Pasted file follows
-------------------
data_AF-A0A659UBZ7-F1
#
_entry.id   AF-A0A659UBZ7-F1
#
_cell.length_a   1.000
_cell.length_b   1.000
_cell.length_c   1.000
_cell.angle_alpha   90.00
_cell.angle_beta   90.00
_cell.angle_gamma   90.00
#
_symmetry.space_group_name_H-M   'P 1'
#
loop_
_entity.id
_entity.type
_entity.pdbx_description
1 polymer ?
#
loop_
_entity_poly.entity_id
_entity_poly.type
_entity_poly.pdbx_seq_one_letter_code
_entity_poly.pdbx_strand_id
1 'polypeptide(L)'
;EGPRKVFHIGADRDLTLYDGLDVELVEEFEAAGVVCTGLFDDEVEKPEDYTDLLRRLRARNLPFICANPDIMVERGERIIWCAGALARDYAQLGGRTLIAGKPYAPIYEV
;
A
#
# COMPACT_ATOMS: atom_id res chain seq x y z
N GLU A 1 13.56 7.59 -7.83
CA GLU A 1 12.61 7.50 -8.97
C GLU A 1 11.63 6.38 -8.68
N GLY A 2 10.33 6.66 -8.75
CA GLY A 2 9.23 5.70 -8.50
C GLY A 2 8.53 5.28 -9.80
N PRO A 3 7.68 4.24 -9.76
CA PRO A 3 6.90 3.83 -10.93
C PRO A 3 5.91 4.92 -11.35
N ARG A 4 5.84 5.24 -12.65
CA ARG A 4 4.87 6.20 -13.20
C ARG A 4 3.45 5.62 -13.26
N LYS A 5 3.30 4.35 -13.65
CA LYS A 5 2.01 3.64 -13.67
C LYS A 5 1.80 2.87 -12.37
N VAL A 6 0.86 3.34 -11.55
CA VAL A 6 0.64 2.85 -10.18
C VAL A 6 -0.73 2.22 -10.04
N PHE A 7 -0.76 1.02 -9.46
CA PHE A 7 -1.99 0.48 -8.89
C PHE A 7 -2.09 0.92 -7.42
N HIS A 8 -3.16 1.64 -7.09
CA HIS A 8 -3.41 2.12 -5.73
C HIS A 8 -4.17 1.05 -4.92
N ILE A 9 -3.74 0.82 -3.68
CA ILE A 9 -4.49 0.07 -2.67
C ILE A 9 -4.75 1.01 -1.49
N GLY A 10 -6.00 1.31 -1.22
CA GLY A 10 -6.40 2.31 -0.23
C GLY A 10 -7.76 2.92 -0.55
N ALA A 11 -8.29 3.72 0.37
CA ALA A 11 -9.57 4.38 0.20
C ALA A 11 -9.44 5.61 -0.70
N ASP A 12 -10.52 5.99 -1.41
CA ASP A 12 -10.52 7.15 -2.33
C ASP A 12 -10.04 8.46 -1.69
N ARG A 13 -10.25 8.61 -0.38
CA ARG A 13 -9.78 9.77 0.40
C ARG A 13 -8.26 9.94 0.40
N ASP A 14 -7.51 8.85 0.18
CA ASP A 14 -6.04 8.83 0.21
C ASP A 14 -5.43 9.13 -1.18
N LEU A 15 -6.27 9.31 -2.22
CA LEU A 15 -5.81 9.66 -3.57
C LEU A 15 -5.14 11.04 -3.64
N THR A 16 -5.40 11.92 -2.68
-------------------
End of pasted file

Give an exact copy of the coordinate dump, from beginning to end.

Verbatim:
data_AF-A0A659UBZ7-F1
#
_entry.id   AF-A0A659UBZ7-F1
#
_cell.length_a   1.000
_cell.length_b   1.000
_cell.length_c   1.000
_cell.angle_alpha   90.00
_cell.angle_beta   90.00
_cell.angle_gamma   90.00
#
_symmetry.space_group_name_H-M   'P 1'
#
loop_
_entity.id
_entity.type
_entity.pdbx_description
1 polymer ?
#
loop_
_entity_poly.entity_id
_entity_poly.type
_entity_poly.pdbx_seq_one_letter_code
_entity_poly.pdbx_strand_id
1 'polypeptide(L)'
;EGPRKVFHIGADRDLTLYDGLDVELVEEFEAAGVVCTGLFDDEVEKPEDYTDLLRRLRARNLPFICANPDIMVERGERIIWCAGALARDYAQLGGRTLIAGKPYAPIYEV
;
A
#
# COMPACT_ATOMS: atom_id res chain seq x y z
N GLU A 1 13.56 7.59 -7.83
CA GLU A 1 12.61 7.50 -8.97
C GLU A 1 11.63 6.38 -8.68
N GLY A 2 10.33 6.66 -8.75
CA GLY A 2 9.23 5.70 -8.50
C GLY A 2 8.53 5.28 -9.80
N PRO A 3 7.68 4.24 -9.76
CA PRO A 3 6.90 3.83 -10.93
C PRO A 3 5.91 4.92 -11.35
N ARG A 4 5.84 5.24 -12.65
CA ARG A 4 4.87 6.20 -13.20
C ARG A 4 3.45 5.62 -13.26
N LYS A 5 3.30 4.35 -13.65
CA LYS A 5 2.01 3.64 -13.67
C LYS A 5 1.80 2.87 -12.37
N VAL A 6 0.86 3.34 -11.55
CA VAL A 6 0.64 2.85 -10.18
C VAL A 6 -0.73 2.22 -10.04
N PHE A 7 -0.76 1.02 -9.46
CA PHE A 7 -1.99 0.48 -8.89
C PHE A 7 -2.09 0.92 -7.42
N HIS A 8 -3.16 1.64 -7.09
CA HIS A 8 -3.41 2.12 -5.73
C HIS A 8 -4.17 1.05 -4.92
N ILE A 9 -3.74 0.82 -3.68
CA ILE A 9 -4.49 0.07 -2.67
C ILE A 9 -4.75 1.01 -1.49
N GLY A 10 -6.00 1.31 -1.22
CA GLY A 10 -6.40 2.31 -0.23
C GLY A 10 -7.76 2.92 -0.55
N ALA A 11 -8.29 3.72 0.37
CA ALA A 11 -9.57 4.38 0.20
C ALA A 11 -9.44 5.61 -0.70
N ASP A 12 -10.52 5.99 -1.41
CA ASP A 12 -10.52 7.15 -2.33
C ASP A 12 -10.04 8.46 -1.69
N ARG A 13 -10.25 8.61 -0.38
CA ARG A 13 -9.78 9.77 0.40
C ARG A 13 -8.26 9.94 0.40
N ASP A 14 -7.51 8.85 0.18
CA ASP A 14 -6.04 8.83 0.21
C ASP A 14 -5.43 9.13 -1.18
N LEU A 15 -6.27 9.31 -2.22
CA LEU A 15 -5.81 9.66 -3.57
C LEU A 15 -5.14 11.04 -3.64
N THR A 16 -5.40 11.92 -2.68